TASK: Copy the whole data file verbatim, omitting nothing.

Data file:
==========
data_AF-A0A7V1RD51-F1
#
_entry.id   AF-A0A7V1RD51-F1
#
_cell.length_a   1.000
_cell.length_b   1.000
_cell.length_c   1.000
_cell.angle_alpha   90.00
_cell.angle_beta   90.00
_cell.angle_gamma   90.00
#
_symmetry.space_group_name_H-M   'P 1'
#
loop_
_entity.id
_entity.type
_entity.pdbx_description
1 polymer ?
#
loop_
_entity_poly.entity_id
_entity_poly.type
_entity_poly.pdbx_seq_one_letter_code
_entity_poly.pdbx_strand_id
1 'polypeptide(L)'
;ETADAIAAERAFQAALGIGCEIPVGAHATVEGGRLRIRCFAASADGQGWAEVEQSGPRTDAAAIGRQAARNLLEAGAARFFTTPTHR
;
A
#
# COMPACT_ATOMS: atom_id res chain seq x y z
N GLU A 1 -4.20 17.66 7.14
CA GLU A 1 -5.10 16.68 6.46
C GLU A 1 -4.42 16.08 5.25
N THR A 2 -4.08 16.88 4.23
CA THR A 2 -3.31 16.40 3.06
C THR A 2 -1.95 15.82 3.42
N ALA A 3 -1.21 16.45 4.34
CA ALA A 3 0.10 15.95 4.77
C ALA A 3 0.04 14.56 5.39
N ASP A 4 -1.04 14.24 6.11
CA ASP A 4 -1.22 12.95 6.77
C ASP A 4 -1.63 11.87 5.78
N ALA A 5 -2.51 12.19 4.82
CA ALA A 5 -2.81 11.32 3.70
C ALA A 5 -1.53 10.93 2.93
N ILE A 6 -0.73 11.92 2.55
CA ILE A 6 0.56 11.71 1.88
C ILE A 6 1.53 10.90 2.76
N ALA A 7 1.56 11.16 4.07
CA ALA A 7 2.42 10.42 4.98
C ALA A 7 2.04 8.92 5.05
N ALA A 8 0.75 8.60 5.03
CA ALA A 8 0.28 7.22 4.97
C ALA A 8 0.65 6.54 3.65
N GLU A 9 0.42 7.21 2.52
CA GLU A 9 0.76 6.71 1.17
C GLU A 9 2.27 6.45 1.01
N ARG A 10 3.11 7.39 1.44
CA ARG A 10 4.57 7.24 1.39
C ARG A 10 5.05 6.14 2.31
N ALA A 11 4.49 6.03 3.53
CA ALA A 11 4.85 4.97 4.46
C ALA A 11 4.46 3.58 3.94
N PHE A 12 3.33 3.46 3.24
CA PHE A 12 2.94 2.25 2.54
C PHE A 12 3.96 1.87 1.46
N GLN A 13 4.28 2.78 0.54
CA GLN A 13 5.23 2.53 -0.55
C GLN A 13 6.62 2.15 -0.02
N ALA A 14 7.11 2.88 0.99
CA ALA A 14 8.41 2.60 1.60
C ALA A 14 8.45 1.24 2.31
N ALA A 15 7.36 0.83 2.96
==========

data_AF-A0A7V1RD51-F1
#
_entry.id   AF-A0A7V1RD51-F1
#
_cell.length_a   1.000
_cell.length_b   1.000
_cell.length_c   1.000
_cell.angle_alpha   90.00
_cell.angle_beta   90.00
_cell.angle_gamma   90.00
#
_symmetry.space_group_name_H-M   'P 1'
#
loop_
_entity.id
_entity.type
_entity.pdbx_description
1 polymer ?
#
loop_
_entity_poly.entity_id
_entity_poly.type
_entity_poly.pdbx_seq_one_letter_code
_entity_poly.pdbx_strand_id
1 'polypeptide(L)'
;ETADAIAAERAFQAALGIGCEIPVGAHATVEGGRLRIRCFAASADGQGWAEVEQSGPRTDAAAIGRQAARNLLEAGAARFFTTPTHR
;
A
#
# COMPACT_ATOMS: atom_id res chain seq x y z
N GLU A 1 -4.20 17.66 7.14
CA GLU A 1 -5.10 16.68 6.46
C GLU A 1 -4.42 16.08 5.25
N THR A 2 -4.08 16.88 4.23
CA THR A 2 -3.31 16.40 3.06
C THR A 2 -1.95 15.82 3.42
N ALA A 3 -1.21 16.45 4.34
CA ALA A 3 0.10 15.95 4.77
C ALA A 3 0.04 14.56 5.39
N ASP A 4 -1.04 14.24 6.11
CA ASP A 4 -1.22 12.95 6.77
C ASP A 4 -1.63 11.87 5.78
N ALA A 5 -2.51 12.19 4.82
CA ALA A 5 -2.81 11.32 3.70
C ALA A 5 -1.53 10.93 2.93
N ILE A 6 -0.73 11.92 2.55
CA ILE A 6 0.56 11.71 1.88
C ILE A 6 1.53 10.90 2.76
N ALA A 7 1.56 11.16 4.07
CA ALA A 7 2.42 10.42 4.98
C ALA A 7 2.04 8.92 5.05
N ALA A 8 0.75 8.60 5.03
CA ALA A 8 0.28 7.22 4.97
C ALA A 8 0.65 6.54 3.65
N GLU A 9 0.42 7.21 2.52
CA GLU A 9 0.76 6.71 1.17
C GLU A 9 2.27 6.45 1.01
N ARG A 10 3.11 7.39 1.44
CA ARG A 10 4.57 7.24 1.39
C ARG A 10 5.05 6.14 2.31
N ALA A 11 4.49 6.03 3.53
CA ALA A 11 4.85 4.97 4.46
C ALA A 11 4.46 3.58 3.94
N PHE A 12 3.33 3.46 3.24
CA PHE A 12 2.94 2.25 2.54
C PHE A 12 3.96 1.87 1.46
N GLN A 13 4.28 2.78 0.54
CA GLN A 13 5.23 2.53 -0.55
C GLN A 13 6.62 2.15 -0.02
N ALA A 14 7.11 2.88 0.99
CA ALA A 14 8.41 2.60 1.60
C ALA A 14 8.45 1.24 2.31
N ALA A 15 7.36 0.83 2.96